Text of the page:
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During the slow transformation of Sb2O3in soil into soluble Sb, the bioavailable Sb concentration (i.e. Sb in soil solution) will gradually increase and there will, as a consequence, not be a constant “toxic pressure” during the exposure period. As long as full equilibrium is not reached, the total Sb toxicity will be underestimated. However, the use of soluble Sb salts for toxicity testing introduces other changes in soil chemistry, besides increasing the concentration of Sb, such as increased concentrations of counter ions (e. g. chloride, sulphate) and protons. These changes in soil chemistry also have the potential to affect the observed toxic response.

At TC NES I ´07 it was concluded that the preferred exposure regime for terrestrial toxicity studies is sufficiently aged soil spiked with Sb2O3. This would ensure i) a constant Sb pore water concentration (i.e. constant toxic pressure) during the entire test period and ii) avoids toxic effects due to increased concentrations of counter ions and/or protons.

TC NES I ´07 decided that both the critical NOECs on plants (Oorts et al., 2005; 5.8 mg Sb/kg dw) and invertebrates (Kuperman et al.,2002; Phillips et al., 2002; both 58 mg Sb/kg dw) would be overruled by the results of new plant and invertebrate tests, if the latter were considered valid. Two new toxicity studies, which are both considered valid and were performed in the same Sb2O3-spiked and sufficiently aged soil, generated the toxicity data for invertebrates, plants and microrganisms that are used to derive the PNECsoil(and thereby overrule the results by Oorts et al. (2005), Kuperman et al. (2002), and Phillips et al. (2002)).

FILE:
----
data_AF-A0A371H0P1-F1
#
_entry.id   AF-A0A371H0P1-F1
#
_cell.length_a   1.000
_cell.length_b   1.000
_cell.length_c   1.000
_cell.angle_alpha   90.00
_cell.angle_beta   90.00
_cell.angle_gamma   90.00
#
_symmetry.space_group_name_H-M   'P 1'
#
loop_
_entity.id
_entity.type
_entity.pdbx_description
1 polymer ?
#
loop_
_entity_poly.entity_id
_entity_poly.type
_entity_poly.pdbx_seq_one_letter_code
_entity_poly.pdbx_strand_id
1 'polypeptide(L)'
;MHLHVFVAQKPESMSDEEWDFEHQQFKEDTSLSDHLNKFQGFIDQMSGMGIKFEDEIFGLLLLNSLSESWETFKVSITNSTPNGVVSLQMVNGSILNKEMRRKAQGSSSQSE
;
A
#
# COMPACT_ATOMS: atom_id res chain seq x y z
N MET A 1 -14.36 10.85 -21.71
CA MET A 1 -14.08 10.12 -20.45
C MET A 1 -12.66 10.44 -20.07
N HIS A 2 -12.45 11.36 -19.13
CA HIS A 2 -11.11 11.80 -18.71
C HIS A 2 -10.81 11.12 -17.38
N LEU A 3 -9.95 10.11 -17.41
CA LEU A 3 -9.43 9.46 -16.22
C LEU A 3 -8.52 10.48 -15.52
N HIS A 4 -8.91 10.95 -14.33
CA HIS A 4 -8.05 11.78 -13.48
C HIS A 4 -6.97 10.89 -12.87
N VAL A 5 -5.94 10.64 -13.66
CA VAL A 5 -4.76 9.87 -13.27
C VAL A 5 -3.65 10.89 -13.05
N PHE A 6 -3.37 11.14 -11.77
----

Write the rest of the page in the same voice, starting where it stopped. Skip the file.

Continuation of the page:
The first of these two studies was performed by Smolders et al. (2007) and reported on the endpoints of lettuce emergence and growth (ISO 11269-2), barley root elongation (ISO 11269-1), and nitrification rate (ISO 14238). The second study was performed by Moser (2007) and reported on the endpoints of mortality and reproduction of Folsomia candida (ISO 11267).